Again, and very happily, I was proved wrong…this Shelter was growing on me by the second; it was dawning on me just what a very special cartridge this is. The same inky blackness, to coin a tired but well meaning phrase, opened proceedings and it was here I picked up on some rustling of paper within the orchestra! That level of detail was absolutely remarkable (and never before heard) and is a tribute to just how low the noise floor is with this cart. The choral works built up slowly and quite unexpectedly I could pick out front to back the massed ranks, in the most 3-d soundstage with distinctness to massed voices allowing one to “look” left to right and back to front against the Seraphim and Cherubim as their volume picked up. No muddling here, just plain remarkable dynamics, imaging and detail. The dynamics are worth making special note of. The sweep from gentle low notes to the immediate thunderous crash of crescendos was remarkable and demonstrated not just how well mastered that this particular recording is, but also what a fabulous dynamic range the 5000 has. It gives for a truly massive soundstage with real tonal accuracy too to the instruments. I found myself picking out previously unheard distinct plucking of the Cello with the notes lingering quietly and dying back almost in a space of their own allowing their positioning relative to the chorus to be positioned.
Voices are very pleasing with again, a trueness to the timbre which is rare, helped by that marvellous dynamic response which breathes real life into the recordings.
The Shelter 5000 makes even the venerable Dynavector DV20xl sound like a bag of soggy potatoes, a little rounded and mushy in comparison without either the dynamic response or frequency response of the Shelter. Don’t get me wrong, the DV20 is not a bad cartridge, in fact its probably the best sub-£500 MC on the market. Its just that the Shelter is in another league completely and head and shoulders better than the 17D3 too.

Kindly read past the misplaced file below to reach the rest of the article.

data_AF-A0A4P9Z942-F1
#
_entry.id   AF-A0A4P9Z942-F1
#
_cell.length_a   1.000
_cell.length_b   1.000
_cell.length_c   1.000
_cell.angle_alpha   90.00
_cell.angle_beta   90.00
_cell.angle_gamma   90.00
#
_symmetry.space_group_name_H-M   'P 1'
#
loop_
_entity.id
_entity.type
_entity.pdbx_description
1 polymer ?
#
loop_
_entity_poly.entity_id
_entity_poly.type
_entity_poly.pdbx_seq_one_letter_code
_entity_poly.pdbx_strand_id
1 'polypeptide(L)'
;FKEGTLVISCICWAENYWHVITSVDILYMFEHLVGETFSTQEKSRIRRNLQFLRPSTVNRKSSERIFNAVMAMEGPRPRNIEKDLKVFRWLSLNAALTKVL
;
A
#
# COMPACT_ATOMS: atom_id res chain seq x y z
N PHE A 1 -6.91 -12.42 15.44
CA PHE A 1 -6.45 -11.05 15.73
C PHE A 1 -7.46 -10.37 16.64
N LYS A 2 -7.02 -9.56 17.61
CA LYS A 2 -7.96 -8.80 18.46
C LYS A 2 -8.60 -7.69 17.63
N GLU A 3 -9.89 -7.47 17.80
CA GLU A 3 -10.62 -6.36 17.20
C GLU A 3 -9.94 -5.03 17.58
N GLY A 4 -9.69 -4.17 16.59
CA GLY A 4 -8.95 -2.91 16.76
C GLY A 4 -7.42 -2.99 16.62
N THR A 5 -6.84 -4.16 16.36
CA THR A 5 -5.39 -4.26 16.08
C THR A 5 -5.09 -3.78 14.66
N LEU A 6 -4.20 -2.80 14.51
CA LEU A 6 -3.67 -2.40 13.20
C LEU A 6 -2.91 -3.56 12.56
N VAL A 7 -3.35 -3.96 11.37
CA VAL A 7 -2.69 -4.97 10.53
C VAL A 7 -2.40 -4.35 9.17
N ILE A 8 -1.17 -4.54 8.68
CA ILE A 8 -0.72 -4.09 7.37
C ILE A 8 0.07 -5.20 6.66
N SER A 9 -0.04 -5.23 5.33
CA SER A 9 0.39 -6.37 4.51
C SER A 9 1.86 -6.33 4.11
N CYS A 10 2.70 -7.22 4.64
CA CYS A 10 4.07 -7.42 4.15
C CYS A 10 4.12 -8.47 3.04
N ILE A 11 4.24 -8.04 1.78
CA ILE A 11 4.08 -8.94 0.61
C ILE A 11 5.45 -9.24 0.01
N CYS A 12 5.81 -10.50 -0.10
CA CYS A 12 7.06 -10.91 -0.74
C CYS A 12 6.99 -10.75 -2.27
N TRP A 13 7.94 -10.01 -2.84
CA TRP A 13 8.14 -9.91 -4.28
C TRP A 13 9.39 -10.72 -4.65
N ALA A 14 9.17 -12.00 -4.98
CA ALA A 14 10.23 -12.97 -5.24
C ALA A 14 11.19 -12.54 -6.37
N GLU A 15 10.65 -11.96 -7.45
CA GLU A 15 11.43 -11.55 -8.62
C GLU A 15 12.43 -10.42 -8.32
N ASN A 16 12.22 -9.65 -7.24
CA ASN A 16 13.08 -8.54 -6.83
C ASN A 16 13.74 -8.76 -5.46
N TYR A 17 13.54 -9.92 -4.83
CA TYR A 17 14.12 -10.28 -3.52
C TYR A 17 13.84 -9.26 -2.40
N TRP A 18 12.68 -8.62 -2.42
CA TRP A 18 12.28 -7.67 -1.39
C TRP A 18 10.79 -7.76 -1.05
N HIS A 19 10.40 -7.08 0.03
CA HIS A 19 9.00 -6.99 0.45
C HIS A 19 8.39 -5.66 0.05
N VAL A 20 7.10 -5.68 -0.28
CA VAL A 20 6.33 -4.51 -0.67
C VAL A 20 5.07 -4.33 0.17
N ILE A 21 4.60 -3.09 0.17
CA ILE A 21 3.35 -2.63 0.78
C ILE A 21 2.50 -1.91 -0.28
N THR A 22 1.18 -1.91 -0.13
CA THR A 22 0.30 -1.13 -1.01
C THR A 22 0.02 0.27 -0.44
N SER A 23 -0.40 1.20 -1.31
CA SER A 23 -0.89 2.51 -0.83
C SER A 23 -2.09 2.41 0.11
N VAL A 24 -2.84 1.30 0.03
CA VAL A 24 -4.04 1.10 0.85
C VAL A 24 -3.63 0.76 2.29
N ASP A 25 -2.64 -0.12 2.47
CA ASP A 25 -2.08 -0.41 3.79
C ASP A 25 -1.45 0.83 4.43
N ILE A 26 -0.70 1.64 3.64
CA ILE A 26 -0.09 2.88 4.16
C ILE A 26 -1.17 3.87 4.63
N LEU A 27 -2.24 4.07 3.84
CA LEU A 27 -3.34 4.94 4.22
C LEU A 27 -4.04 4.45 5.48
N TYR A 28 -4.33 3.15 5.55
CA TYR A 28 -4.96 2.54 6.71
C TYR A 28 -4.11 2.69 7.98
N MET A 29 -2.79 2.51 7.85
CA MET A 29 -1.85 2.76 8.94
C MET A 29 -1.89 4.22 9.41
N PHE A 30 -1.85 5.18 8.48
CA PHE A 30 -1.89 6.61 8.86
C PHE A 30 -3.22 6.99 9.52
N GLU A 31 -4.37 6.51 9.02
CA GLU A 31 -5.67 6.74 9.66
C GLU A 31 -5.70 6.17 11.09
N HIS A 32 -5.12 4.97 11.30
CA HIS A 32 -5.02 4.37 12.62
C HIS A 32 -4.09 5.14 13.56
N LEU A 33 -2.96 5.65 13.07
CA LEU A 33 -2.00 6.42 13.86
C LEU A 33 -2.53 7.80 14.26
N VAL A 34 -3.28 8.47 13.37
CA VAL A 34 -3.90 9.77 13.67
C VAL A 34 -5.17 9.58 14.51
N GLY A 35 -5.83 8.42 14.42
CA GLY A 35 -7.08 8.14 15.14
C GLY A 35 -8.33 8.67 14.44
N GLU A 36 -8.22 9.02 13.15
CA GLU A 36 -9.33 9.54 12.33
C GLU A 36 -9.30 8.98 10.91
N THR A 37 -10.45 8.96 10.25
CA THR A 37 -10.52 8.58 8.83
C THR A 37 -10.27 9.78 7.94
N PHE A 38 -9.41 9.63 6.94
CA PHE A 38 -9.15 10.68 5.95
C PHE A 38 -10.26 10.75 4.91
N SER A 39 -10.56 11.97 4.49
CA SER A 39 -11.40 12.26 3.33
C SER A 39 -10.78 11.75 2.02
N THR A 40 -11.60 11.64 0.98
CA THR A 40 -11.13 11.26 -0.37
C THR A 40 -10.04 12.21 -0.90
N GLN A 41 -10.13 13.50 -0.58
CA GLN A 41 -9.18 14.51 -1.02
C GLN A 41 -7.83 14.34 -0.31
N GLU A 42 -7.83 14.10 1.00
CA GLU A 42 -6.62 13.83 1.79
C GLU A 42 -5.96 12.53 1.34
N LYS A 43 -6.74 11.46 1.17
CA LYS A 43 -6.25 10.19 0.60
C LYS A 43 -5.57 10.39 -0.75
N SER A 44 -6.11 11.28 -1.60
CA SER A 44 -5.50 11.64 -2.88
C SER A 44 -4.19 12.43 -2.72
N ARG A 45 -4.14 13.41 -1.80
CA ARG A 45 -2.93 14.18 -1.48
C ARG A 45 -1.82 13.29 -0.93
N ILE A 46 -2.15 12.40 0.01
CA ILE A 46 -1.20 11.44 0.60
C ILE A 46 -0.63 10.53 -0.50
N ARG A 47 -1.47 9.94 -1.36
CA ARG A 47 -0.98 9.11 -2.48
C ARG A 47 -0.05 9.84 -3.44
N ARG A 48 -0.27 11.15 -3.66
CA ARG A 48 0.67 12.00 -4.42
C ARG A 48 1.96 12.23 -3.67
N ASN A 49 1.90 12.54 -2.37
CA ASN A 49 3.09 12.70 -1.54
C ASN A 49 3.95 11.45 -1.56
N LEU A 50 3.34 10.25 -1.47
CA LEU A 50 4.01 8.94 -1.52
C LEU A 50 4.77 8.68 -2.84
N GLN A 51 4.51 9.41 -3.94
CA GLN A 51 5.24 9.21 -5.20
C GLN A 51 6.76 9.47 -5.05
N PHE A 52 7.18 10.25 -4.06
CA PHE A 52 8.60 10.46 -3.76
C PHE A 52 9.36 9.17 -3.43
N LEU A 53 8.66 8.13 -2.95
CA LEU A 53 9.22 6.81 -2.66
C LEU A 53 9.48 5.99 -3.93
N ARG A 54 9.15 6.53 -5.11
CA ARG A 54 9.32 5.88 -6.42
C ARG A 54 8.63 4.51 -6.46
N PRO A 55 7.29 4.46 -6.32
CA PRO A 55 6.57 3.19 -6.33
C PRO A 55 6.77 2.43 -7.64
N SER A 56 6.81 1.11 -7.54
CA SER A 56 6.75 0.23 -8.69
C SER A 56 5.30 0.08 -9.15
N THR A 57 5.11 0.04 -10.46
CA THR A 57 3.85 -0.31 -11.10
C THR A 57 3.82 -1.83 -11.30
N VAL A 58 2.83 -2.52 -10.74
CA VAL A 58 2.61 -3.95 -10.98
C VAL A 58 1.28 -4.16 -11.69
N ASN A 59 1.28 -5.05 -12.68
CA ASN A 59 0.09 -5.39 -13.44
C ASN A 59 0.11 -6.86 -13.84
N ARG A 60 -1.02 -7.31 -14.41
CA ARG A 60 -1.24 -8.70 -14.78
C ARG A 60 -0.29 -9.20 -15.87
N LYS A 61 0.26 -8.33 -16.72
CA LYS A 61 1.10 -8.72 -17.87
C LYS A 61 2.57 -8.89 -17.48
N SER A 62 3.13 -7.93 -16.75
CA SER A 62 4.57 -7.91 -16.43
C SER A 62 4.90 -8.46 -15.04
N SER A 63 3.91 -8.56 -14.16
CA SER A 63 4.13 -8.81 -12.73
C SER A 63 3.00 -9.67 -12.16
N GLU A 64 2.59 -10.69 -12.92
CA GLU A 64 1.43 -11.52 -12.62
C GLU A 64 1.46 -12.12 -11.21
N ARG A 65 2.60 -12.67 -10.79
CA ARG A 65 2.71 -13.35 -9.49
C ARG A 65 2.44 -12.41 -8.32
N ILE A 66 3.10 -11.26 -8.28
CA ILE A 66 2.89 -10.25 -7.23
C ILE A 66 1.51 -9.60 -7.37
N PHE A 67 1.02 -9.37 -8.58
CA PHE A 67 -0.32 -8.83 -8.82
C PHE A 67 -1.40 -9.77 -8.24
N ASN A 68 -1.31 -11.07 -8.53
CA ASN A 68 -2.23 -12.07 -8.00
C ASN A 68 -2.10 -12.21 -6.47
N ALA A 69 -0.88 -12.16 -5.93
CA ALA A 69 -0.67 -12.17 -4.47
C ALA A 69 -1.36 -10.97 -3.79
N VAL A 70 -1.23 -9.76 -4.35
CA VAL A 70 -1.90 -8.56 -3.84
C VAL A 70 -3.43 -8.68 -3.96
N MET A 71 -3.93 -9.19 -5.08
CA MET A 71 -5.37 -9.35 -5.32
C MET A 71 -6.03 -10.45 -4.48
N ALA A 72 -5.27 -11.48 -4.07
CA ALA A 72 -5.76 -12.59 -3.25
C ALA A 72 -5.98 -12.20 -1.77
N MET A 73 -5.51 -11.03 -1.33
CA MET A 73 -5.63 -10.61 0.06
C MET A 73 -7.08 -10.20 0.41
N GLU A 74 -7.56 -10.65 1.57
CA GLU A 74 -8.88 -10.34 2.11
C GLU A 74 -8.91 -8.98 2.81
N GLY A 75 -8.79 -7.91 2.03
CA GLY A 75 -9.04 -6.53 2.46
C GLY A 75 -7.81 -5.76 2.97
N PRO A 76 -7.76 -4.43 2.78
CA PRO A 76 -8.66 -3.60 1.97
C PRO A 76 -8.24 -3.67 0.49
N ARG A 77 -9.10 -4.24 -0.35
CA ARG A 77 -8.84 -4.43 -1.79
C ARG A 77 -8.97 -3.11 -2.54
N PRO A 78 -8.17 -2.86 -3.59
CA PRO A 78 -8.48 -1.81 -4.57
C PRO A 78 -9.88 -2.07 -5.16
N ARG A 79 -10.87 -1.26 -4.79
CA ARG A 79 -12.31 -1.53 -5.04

Unlike it’s 501 sibling, you could not call it’s musical performance lush. Neither is it analytical in the same way that some Lyra’s can be. Instead it is more like the 901 but with enhanced and tauter bass and it shares the 901’s wonderfully extended treble. The 901 is regarded as one of the very best MC cartridges ever made, irrespective of price and if this 5000 is anything to go by, I’d say it will develop a cult following of its own. It has the ability to match a tonal, dynamic and frequency range exactness without sacrificing any of the musicality that the older 501 was renowned for.
In summary, the things that make this cartridge very special indeed are its notably low noise floor, incredible dynamics and bass response and extended but smooth treble which combine to give probably the most lifelike musical rendition in my listening room no-matter what is spun up. The sense of being there, the sense of scale and imaging are all exemplary and matched by nothing else I’ve heard to date (the 501 coming close but no cigar) and the lightning fast transient response without hint of distortion shows just how well engineered the generator and damping are in this cart. I don’t often lavish such praise on any piece of HiFi gear nor have I ever come across a single component that has made such a difference to a system, but in this case I’d happily recommend the Shelter 5000 as one of the truly landmark cartridges at or anywhere near its price, and I’ve listened to quite a few. I’d be interested to see how it compares with the Zyx Airy but thats for another day…
Tracking Force Range: 1.4 to 2.0 g (1.85ish recommended) Cantilever: Boron
Stylus Type: Elliptical Nude Diamond .3 x .7mil
Channel Balance within 1dB at 1kHz
DC Resistance: 14 Ohms
Recommended Load Impedance:
With step-up transformer: 20 to 40 Ohms
With head amplifier: 100 normally, up to 500 ohms according to taste